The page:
While driving home after watching the eclipse, I listened to the news talking about a collision between a US Navy destroyer, the USS John S. McCain (Figure 1), and a commercial tanker.  A previous collision also involved a destroyer, the USS Fitzgerald. These stories have made me curious about how many of these ships the US Navy has.  Continue reading

 
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US Farmland % By State

I am preparing to drive out to Idaho to experience totality during the August 21, 2017 eclipse. I am choosing to view the eclipse from Idaho because my granddaughter (and her parents) live in western Montana, and I can stop there for visit when I return to Minnesota. This will be a long drive through large states (Minnesota, North Dakota, Montana) that have a significant percentage of farm land. While planning my journey, I became curious as to the percentage of farmland in each of the fifty states. In this post, I compute the farm land percentage by taking the farm acreage in each state and dividing by the state's land area (water area removed). Continue reading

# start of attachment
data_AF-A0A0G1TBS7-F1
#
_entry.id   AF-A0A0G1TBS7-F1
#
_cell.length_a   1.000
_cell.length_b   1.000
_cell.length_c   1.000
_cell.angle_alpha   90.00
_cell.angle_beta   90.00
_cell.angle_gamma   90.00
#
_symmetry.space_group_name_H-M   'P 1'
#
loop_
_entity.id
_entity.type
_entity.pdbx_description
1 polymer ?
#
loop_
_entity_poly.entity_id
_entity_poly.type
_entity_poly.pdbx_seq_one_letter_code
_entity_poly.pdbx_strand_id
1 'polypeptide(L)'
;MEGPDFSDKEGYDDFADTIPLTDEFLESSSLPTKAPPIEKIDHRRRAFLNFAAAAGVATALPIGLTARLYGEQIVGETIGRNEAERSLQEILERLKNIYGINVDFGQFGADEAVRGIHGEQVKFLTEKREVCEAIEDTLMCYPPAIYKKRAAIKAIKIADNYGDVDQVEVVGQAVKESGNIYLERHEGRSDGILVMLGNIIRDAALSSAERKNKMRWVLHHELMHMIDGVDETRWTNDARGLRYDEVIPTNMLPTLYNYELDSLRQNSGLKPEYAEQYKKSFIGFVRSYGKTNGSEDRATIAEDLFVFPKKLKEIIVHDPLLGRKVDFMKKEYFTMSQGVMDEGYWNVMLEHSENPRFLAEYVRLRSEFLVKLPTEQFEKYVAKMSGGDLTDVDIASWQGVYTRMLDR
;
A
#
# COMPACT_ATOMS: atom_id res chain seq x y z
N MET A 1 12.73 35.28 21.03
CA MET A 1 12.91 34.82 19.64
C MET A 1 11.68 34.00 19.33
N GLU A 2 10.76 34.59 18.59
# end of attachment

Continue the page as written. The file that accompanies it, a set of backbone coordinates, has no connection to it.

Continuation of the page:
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An Example of Cleaning Untidy Data with Tidyr

I recently decided to take some classes in data analysis at Datacamp, an online training site. My first classes were in dplyr and tidyr – two excellent R-based tools for manipulating files that not amenable to analysis because of inconsistencies and structure: tidyr provides many tools for cleaning up messy data, dplyr provides many tools for restructuring data. After completing the two classes, I decided that I needed to firm up my knowledge of these tools by applying them to a concrete example. Continue reading